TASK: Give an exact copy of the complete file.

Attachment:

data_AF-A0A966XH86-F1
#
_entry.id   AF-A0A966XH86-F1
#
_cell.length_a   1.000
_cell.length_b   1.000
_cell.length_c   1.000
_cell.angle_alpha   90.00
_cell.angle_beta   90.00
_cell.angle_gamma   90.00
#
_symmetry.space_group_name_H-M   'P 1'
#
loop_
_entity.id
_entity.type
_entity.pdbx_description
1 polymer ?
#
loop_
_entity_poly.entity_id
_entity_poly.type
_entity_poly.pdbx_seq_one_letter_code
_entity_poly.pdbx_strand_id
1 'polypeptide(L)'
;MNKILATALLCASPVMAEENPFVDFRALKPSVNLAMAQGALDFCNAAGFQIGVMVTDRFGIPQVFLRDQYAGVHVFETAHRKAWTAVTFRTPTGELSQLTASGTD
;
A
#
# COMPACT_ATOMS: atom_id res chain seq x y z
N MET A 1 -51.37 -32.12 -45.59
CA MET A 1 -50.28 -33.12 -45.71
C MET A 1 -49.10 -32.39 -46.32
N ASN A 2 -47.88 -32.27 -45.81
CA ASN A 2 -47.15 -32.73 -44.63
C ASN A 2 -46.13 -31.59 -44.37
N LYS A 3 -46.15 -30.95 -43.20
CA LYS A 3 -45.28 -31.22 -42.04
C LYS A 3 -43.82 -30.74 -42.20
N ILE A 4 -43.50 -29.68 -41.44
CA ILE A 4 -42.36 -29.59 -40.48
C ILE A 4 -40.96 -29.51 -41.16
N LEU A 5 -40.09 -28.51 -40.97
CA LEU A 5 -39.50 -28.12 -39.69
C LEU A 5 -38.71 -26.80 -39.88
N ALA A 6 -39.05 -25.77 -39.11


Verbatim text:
data_AF-A0A966XH86-F1
#
_entry.id   AF-A0A966XH86-F1
#
_cell.length_a   1.000
_cell.length_b   1.000
_cell.length_c   1.000
_cell.angle_alpha   90.00
_cell.angle_beta   90.00
_cell.angle_gamma   90.00
#
_symmetry.space_group_name_H-M   'P 1'
#
loop_
_entity.id
_entity.type
_entity.pdbx_description
1 polymer ?
#
loop_
_entity_poly.entity_id
_entity_poly.type
_entity_poly.pdbx_seq_one_letter_code
_entity_poly.pdbx_strand_id
1 'polypeptide(L)'
;MNKILATALLCASPVMAEENPFVDFRALKPSVNLAMAQGALDFCNAAGFQIGVMVTDRFGIPQVFLRDQYAGVHVFETAHRKAWTAVTFRTPTGELSQLTASGTD
;
A
#
# COMPACT_ATOMS: atom_id res chain seq x y z
N MET A 1 -51.37 -32.12 -45.59
CA MET A 1 -50.28 -33.12 -45.71
C MET A 1 -49.10 -32.39 -46.32
N ASN A 2 -47.88 -32.27 -45.81
CA ASN A 2 -47.15 -32.73 -44.63
C ASN A 2 -46.13 -31.59 -44.37
N LYS A 3 -46.15 -30.95 -43.20
CA LYS A 3 -45.28 -31.22 -42.04
C LYS A 3 -43.82 -30.74 -42.20
N ILE A 4 -43.50 -29.68 -41.44
CA ILE A 4 -42.36 -29.59 -40.48
C ILE A 4 -40.96 -29.51 -41.16
N LEU A 5 -40.09 -28.51 -40.97
CA LEU A 5 -39.50 -28.12 -39.69
C LEU A 5 -38.71 -26.80 -39.88
N ALA A 6 -39.05 -25.77 -39.11